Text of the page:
Are you avoiding bonds because of the near certainty that interest rates will be higher in the future?

Welcome to the club. Since higher rates inevitably lead to lower bond prices, fear of what higher rates would do to our bond holdings is nearly universal.

Believe it or not, however, that fear may be misplaced. That’s not because higher rates don’t lead to lower bond prices; they inevitably do. Instead, the reason not to be overly afraid of higher rates is because of the way in which most of us invest in bonds.

Most individual investors have their fixed-income allocations invested in baskets of bonds that maintain more or less constant maturities. Such baskets are remarkably resilient in the face of higher rates.

Let’s start by reviewing the period from 1966 through 1981, arguably the worst period in U.S. history in which to own bonds. Over those 16 years, the yield on the 5-year U.S. Treasury Note nearly tripled, from 4.7% to 13.6%. Nevertheless, according to Ibbotson Associates, a division of Morningstar, a U.S. Treasury portfolio that maintained a constant maturity of 5 years produced a 5.8% annualized gain over this period.

Better yet, this portfolio of 5-year Treasuries incurred minimal risk along the way. In only one of the 16 calendar years did it produce a loss, for example. And its volatility, as measured by the standard deviation of its yearly returns, was half that of the S&P 500’s (ticker: SPY ) —and 66% lower than that of small cap stocks.

Why wasn’t this bond portfolio decimated by the dramatically higher rates over this period? The answer lies in the higher yields the portfolio was able to earn when it reinvested the proceeds of maturing bonds. Those higher yields in large part offset the loss of principal.

Nor was this result a fluke, according to a study last year in the Financial Analysts Journal that analyzed the performance of constant-maturity bond portfolios when rates rise. The authors—Martin Leibowitz and Anthony Bova, managing director and executive director at Morgan Stanley, respectively, and Stanley Kogelman, a principal at New York-based investment-advisory firm Advanced Portfolio Management—found that, as a general rule, the greater yield earned during a rising-rate environment offsets the declining bond prices those rates cause.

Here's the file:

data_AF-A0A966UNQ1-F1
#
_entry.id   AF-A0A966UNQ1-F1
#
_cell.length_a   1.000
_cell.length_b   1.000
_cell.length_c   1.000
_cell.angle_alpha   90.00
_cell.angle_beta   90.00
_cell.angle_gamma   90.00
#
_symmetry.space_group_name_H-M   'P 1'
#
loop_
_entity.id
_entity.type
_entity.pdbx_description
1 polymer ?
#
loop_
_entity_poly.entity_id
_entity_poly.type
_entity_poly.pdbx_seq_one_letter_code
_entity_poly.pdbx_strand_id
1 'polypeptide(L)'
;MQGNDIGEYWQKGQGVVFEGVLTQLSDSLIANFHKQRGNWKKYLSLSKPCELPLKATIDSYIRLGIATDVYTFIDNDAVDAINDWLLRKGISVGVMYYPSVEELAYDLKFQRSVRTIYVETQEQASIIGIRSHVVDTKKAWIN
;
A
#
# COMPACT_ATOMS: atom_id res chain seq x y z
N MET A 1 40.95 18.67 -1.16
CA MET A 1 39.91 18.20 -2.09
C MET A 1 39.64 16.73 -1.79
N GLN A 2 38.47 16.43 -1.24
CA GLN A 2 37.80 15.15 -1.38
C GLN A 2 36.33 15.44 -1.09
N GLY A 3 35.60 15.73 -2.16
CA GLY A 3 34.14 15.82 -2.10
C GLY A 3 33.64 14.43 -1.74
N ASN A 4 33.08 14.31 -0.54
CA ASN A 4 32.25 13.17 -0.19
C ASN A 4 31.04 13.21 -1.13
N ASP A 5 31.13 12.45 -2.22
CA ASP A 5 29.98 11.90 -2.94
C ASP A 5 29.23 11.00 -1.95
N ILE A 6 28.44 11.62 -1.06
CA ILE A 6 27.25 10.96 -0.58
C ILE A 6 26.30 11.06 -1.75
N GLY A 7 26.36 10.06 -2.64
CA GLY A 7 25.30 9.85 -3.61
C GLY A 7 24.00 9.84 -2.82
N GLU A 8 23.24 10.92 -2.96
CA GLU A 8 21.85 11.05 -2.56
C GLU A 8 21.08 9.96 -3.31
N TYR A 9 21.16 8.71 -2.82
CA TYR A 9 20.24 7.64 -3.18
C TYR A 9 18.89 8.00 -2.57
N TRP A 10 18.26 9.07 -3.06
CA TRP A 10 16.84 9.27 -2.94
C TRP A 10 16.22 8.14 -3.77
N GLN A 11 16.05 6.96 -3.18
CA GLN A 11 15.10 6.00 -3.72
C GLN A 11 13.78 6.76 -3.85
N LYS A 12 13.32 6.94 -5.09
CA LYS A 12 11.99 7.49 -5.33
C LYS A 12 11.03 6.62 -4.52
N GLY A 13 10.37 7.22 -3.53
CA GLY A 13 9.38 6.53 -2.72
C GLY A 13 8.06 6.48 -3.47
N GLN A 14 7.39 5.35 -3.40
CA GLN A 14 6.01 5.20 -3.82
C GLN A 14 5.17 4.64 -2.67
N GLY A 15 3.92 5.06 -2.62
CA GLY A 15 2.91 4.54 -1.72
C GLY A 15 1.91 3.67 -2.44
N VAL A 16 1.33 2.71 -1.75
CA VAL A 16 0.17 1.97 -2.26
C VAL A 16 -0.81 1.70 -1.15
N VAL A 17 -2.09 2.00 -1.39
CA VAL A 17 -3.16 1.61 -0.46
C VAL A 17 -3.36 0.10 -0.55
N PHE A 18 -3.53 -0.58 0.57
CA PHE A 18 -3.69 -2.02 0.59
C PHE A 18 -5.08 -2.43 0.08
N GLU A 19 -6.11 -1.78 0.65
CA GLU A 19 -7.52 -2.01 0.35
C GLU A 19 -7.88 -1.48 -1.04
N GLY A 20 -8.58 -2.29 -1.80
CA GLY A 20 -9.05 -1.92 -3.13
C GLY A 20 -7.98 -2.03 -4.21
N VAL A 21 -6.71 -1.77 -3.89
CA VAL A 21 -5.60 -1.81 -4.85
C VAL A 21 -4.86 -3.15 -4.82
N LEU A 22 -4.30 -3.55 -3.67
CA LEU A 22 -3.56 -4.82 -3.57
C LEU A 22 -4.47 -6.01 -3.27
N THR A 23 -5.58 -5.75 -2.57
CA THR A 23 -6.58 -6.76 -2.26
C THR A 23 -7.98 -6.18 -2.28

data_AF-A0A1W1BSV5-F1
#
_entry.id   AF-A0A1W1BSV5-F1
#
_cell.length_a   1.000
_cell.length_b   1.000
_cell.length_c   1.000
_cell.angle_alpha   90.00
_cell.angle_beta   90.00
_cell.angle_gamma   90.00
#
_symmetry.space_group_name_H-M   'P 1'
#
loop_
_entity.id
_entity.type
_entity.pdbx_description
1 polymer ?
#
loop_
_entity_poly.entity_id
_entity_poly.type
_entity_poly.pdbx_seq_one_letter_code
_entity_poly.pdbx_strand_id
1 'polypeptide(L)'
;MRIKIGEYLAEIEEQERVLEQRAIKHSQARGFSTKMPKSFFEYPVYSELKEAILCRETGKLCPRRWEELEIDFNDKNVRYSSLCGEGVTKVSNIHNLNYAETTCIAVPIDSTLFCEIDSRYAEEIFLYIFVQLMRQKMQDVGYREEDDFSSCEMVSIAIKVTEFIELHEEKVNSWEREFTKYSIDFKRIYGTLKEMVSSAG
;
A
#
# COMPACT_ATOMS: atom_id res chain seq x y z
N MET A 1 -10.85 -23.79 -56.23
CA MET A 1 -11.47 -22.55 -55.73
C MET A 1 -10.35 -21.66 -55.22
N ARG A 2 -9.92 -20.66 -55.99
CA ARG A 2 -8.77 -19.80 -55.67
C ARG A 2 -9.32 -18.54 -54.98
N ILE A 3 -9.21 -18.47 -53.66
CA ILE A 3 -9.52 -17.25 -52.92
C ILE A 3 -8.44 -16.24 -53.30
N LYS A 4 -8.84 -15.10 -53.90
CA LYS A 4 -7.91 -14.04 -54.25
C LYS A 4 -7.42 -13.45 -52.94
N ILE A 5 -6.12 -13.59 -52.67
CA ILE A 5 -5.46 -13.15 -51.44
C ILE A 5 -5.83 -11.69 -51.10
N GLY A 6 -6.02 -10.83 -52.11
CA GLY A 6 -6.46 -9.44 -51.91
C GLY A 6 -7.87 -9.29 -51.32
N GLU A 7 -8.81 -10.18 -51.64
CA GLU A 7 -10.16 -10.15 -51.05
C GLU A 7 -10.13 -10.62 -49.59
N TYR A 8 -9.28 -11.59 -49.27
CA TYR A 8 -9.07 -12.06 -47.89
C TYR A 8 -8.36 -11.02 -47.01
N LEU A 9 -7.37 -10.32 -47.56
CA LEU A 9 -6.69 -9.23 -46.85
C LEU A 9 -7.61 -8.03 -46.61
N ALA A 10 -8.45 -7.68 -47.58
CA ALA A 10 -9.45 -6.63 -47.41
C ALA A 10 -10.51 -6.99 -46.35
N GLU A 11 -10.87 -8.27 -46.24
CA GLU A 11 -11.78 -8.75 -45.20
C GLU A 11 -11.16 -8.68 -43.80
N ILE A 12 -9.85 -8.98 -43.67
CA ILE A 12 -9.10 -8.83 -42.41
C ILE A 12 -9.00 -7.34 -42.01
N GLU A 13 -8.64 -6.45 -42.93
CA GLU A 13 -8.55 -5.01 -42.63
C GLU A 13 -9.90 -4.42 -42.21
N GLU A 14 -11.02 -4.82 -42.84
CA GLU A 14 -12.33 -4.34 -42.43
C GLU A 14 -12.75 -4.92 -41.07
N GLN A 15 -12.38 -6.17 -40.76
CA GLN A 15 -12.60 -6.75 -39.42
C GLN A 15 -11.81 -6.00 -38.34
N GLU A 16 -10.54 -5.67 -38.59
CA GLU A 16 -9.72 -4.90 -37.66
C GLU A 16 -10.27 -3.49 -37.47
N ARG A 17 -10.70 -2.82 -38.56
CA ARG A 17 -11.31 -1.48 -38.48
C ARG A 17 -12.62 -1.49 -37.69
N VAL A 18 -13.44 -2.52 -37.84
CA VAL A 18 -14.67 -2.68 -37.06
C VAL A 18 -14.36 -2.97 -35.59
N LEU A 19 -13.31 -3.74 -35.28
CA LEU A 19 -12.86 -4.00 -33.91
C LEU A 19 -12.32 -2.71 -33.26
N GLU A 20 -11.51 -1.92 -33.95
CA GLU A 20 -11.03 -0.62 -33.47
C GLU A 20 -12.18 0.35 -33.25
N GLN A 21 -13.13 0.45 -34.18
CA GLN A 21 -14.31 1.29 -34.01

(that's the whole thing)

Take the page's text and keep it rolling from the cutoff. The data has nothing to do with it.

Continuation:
They therefore concluded that investors in constant-maturity bond portfolios “need not be unduly worried about the impact of higher rates on their multiyear returns.”

The implication of this finding: The total return of a constant-maturity bond portfolio will be equal to, or very close to, its initial yield. That is a sobering prospect in today’s low-interest-rate environment, of course. The 5-year Treasury currently yields just 1.25%, for example. Regardless of whether rates go up, down or stay the same, therefore, that is the best guess of what your return will be by investing in 5-year Treasuries over the coming years.

That may very well be a good reason to avoid them, of course. As judged by the breakeven inflation rate, the bond market is collectively betting that inflation will average 1.36% annually over the next 5 years. If that turns out to be the case, a bond portfolio with a constant maturity of 5 years will lose purchasing power at an annual rate of 0.11%.

Note carefully, however, that this reason to avoid bonds has nothing to do with the probability of higher interest rates in the future. If low current yields are your reason to avoid bonds, you should just as much be avoiding them if you were convinced that rates would to stay the same in coming years—or even decline.

In any case, you should not conclude that the stock market is a particularly good bet just because nominal interest rates are so low and inflation-adjusted rates are even lower. Over the last 50 years, for example, there has been just a 2.7 percentage point annual spread between the S&P 500’s annual total return and that of intermediate-term bonds. If we were to extrapolate that equity premium into the future, that would mean that the stock market in coming years would produce a 4% annualized total return.

You may very well believe that isn’t high enough to compensate for the significantly greater volatility and risk that equities produce.

Would gold be a better alternative if you are turned off by bonds’ low yields and worried that equities won’t perform well enough to justify their greater risk? Claude Erb, a former fixed-income and commodities manager at mutual-fund firm TCW Group, thinks not. In an interview, he pointed out that gold over the past five decades has been far more volatile than the S&P 500—and far, far more volatile than a constant-maturity portfolio of 5-year Treasuries.

The Ibbotson data paint the same picture. Since 1970, when gold began to trade freely, it’s been 62% more volatile than the S&P 500—and more than three times more volatile than 5-year Treasuries. Furthermore, there has not been a big difference in the extent to which intermediate-term bonds and gold have been correlated with the stock market—which means they have largely similar diversification potentials.

As Erb argues, therefore, the net effect of substituting gold for bonds as a diversifier for your equity portfolio will be to increase its volatility.

The bottom line? The unfortunate reality of our low-interest-rate world is that expected returns going forward are low. But a wholesale dumping of bonds is probably not a good response to that reality.